: Joining us now as she does each Monday is NPR news analyst Cokie Roberts. Cokie, good morning.
COKIE ROBERTS: Good morning, Steve.
: Well, Hillary Clinton has lost the last several contests to Barack Obama. Eleven in a row, I believe. What does she do now?
ROBERTS: I had the opportunity to interview Billie Jean King recently, and she said, you know, I see my whole life going down the drain. You know, a cute, young guy comes in and sweeps away all the hard work that the older woman has done, and there is a lot of that sentiment out there and I think that if Mrs. Clinton can tap it, that might be something. She also has to hold the Hispanic vote, although that seems to be eroding according the polls. And she seems to be floundering around looking for some theme that works while attacking Obama - over the weekend she said, shame on you, Barack Obama, sounding kind of like everybody's mom.
: Well, is Obama giving her any openings?
ROBERTS: There's also some warning signals in the voters he is attracting. I mean the big African American turnout is very helpful and that will be helpful in the general elections, the reliable Democratic vote. But the independent vote is not and often doesn't show up. The same thing is true about young people. And even white men, who he's been attracting of late, are certainly not reliable Democratic voters though. They tend to vote Republican - almost overwhelmingly Republican. So, you know, there are some big warning signs for the Democratic Party in these primaries.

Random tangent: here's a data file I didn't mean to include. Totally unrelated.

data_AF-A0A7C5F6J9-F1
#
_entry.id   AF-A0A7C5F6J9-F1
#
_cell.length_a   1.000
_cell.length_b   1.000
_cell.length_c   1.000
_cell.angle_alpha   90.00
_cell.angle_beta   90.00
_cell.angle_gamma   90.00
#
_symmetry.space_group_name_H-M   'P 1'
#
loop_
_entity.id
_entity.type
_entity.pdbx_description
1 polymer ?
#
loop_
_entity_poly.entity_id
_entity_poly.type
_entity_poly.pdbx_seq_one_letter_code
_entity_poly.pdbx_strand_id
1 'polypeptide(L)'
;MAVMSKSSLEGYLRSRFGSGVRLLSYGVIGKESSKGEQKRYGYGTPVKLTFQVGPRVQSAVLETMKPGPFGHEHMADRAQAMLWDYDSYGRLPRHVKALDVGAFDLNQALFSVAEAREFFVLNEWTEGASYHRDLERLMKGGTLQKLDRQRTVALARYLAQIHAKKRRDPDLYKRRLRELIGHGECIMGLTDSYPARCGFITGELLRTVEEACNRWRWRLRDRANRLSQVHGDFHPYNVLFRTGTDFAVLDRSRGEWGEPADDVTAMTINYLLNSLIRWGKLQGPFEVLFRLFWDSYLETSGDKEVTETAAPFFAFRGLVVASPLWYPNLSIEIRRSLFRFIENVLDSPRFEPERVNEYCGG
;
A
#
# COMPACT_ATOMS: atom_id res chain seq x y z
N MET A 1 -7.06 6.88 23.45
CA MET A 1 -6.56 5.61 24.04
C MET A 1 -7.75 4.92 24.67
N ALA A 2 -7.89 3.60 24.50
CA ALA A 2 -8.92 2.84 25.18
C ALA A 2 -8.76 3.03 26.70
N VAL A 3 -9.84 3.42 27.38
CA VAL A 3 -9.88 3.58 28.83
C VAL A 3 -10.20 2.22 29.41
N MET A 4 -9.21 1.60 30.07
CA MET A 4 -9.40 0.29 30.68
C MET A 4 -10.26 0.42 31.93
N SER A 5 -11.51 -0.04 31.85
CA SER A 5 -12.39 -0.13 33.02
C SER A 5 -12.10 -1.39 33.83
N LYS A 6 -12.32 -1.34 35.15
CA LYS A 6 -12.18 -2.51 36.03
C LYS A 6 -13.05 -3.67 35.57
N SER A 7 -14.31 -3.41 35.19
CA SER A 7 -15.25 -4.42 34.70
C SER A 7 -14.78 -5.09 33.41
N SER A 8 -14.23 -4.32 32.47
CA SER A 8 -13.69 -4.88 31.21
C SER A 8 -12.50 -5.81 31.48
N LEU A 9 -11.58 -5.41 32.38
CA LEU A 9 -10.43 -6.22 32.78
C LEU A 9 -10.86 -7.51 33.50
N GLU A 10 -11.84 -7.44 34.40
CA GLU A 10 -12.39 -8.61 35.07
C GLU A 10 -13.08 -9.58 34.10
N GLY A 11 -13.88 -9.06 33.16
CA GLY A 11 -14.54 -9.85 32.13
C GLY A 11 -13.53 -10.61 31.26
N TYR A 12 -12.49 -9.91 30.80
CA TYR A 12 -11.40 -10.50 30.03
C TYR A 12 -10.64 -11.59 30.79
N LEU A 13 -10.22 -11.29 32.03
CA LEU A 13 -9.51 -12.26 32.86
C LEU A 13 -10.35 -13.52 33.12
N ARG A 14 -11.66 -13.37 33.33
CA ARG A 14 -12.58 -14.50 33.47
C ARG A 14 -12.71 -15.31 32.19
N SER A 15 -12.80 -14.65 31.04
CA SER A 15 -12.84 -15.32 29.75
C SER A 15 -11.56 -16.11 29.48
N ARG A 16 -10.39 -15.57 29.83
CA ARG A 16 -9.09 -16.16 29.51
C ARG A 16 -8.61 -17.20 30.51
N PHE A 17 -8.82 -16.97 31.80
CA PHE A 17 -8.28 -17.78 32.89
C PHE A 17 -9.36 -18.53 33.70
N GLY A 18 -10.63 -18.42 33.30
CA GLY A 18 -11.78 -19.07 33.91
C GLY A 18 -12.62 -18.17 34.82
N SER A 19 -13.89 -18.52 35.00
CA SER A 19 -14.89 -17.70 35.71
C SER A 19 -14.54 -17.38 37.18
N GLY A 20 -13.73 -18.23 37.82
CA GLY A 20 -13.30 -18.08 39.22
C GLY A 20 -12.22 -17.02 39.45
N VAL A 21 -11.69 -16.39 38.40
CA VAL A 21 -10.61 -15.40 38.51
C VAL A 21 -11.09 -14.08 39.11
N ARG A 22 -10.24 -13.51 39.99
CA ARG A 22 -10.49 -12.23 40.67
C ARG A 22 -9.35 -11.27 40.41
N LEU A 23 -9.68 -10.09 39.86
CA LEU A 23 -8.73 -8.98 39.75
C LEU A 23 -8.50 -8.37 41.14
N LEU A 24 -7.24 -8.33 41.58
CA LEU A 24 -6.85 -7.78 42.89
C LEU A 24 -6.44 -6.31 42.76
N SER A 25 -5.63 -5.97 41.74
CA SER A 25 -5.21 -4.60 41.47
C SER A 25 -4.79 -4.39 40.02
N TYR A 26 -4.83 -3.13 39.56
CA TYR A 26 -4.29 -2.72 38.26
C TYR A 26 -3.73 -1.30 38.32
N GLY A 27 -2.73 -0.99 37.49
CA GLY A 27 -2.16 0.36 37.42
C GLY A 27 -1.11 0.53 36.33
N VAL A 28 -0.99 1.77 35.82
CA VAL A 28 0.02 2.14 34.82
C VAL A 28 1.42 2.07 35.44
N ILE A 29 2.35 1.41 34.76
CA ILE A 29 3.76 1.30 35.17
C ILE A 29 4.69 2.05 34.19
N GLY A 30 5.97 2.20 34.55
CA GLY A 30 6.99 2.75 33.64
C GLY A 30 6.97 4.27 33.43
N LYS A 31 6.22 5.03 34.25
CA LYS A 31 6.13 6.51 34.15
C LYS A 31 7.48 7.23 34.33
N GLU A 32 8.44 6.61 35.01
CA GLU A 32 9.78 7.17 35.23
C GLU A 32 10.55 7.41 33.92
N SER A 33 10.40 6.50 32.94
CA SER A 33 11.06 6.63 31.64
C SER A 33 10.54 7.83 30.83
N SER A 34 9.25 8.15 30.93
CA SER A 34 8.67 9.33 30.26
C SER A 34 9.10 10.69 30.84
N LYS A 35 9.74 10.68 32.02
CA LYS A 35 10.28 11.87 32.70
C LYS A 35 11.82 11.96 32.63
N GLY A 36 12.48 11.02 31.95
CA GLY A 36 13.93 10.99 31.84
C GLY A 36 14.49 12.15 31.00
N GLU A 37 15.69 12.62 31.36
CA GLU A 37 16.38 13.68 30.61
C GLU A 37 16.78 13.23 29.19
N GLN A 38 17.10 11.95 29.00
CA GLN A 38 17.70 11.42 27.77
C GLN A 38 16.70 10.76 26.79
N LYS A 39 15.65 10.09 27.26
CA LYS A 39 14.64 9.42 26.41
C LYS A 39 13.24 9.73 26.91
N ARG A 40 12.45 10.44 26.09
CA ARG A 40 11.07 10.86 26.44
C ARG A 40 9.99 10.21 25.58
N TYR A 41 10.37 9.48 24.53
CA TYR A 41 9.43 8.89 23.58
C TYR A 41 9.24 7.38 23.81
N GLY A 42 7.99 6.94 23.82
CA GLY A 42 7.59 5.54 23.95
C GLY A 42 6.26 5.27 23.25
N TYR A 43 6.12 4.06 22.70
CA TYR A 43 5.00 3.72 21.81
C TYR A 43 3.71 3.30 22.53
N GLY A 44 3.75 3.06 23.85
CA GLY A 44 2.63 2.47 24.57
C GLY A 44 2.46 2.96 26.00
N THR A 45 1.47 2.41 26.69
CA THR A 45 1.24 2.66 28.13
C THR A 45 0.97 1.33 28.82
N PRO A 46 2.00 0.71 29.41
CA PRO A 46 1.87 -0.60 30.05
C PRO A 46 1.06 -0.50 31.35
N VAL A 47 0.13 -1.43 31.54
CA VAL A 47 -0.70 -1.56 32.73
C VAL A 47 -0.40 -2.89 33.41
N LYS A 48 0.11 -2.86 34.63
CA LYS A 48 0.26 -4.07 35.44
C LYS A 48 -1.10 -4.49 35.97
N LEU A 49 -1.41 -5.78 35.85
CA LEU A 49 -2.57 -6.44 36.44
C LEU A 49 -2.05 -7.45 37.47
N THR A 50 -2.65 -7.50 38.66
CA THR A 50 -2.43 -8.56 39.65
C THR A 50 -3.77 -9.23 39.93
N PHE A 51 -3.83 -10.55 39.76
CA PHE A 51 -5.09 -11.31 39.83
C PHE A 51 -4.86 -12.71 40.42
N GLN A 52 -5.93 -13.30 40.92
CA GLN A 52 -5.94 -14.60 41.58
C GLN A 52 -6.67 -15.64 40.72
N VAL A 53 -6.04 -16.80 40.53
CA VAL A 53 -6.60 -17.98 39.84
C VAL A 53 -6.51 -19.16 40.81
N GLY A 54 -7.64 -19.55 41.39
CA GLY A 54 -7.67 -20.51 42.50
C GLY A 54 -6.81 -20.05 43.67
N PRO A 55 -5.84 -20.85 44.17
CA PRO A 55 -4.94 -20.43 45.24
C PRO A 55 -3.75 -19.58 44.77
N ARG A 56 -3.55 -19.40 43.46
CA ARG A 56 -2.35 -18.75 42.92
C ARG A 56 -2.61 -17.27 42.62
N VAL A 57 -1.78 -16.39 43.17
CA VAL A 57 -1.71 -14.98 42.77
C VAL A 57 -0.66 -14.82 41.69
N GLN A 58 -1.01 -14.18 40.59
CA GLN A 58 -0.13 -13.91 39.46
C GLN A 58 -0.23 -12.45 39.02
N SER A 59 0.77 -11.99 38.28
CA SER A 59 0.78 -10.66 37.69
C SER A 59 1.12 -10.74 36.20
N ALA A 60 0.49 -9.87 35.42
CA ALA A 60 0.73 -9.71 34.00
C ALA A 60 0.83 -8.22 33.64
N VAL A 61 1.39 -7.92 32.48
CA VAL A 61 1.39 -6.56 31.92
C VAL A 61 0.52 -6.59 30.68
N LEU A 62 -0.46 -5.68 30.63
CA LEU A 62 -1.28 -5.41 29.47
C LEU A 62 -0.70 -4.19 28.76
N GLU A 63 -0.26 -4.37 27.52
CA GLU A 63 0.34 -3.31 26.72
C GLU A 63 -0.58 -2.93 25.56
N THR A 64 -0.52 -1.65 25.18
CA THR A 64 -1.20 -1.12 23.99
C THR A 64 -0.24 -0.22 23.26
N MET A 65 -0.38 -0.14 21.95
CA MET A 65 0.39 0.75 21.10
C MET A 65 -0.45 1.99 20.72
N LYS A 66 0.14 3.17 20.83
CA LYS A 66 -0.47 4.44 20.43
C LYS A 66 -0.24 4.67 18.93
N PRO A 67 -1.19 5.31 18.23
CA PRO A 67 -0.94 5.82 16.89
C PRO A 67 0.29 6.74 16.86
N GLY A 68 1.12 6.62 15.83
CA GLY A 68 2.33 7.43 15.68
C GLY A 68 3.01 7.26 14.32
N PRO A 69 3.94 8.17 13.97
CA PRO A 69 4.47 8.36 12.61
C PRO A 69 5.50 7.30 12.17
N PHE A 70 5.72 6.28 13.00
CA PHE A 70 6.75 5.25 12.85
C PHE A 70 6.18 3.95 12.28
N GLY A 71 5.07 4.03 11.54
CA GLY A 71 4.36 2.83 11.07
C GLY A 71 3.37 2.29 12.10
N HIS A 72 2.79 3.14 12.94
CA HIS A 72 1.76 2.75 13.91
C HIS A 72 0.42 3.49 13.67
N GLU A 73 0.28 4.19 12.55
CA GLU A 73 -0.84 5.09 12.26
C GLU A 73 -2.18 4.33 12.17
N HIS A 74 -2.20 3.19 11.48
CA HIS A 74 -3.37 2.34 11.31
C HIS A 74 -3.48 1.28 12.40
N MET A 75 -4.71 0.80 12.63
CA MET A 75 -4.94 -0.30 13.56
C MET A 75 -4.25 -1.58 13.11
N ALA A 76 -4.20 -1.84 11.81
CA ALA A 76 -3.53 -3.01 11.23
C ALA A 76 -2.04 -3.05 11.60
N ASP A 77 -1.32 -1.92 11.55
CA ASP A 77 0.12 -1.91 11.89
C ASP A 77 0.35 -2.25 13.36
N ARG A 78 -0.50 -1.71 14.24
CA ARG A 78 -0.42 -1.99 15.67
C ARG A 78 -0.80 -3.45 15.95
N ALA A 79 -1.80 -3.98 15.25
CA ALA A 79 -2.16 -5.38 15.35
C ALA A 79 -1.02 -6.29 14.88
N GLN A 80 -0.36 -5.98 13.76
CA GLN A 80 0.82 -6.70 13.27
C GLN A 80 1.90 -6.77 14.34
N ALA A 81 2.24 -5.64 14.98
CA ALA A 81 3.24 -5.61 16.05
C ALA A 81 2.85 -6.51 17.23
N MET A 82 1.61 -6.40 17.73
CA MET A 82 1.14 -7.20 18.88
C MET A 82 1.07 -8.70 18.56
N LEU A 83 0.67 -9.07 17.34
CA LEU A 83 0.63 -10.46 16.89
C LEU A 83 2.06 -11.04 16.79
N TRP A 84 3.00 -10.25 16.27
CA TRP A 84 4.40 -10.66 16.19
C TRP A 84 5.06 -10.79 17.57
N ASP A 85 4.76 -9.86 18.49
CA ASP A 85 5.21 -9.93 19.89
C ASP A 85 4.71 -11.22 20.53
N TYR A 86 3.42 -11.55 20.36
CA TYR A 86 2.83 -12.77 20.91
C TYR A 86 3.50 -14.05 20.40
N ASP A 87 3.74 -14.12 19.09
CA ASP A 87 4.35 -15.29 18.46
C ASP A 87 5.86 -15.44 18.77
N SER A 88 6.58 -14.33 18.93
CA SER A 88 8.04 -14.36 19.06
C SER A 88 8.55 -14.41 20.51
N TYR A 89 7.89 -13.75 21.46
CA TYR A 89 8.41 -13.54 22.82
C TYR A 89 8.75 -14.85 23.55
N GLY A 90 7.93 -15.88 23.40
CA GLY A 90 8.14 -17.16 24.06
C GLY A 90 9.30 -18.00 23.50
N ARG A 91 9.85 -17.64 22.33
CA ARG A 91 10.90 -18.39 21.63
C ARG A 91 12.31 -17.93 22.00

: And Democrats who are already worried about being unified in the fall now have to think about Ralph Nader again.
ROBERTS: I don't think they have to think too hard about Ralph Nader.
(SOUNDBITE OF LAUGHTER)
ROBERTS: His vote went from 2.7 percent in 2000 to 0.3 percent in 2004. And Democrats are still mad at him because they think that his votes in Florida in 2000 made the difference in the presidential campaign. I mean they say, you know, he gave us Justices Roberts and Alito. But he - he says it's all about ballot access. There's a good deal of evidence it's all about ego.
: So Nader says he's going to be running, Clinton and Obama still running hard, and on the Republican side, John McCain is trying to get past this report of the New York Times looking at his past dealings with lobbyists.
ROBERTS: Well, the New York Times story, for the moment, has redounded against the New York Times. There's a lot of criticism of the paper, including by its own public editor, but that has focused mainly on the innuendos about a sexual relationship between McCain and this female lobbyist. Other news organizations have now picked up the theme of McCain's dealings with lobbyists, and whether that has any legs, as they say, going into the general election, we'll see. Probably not would be my guess.
: Okay. That's analysis, as we get every Monday morning, from NPR's Cokie Roberts.
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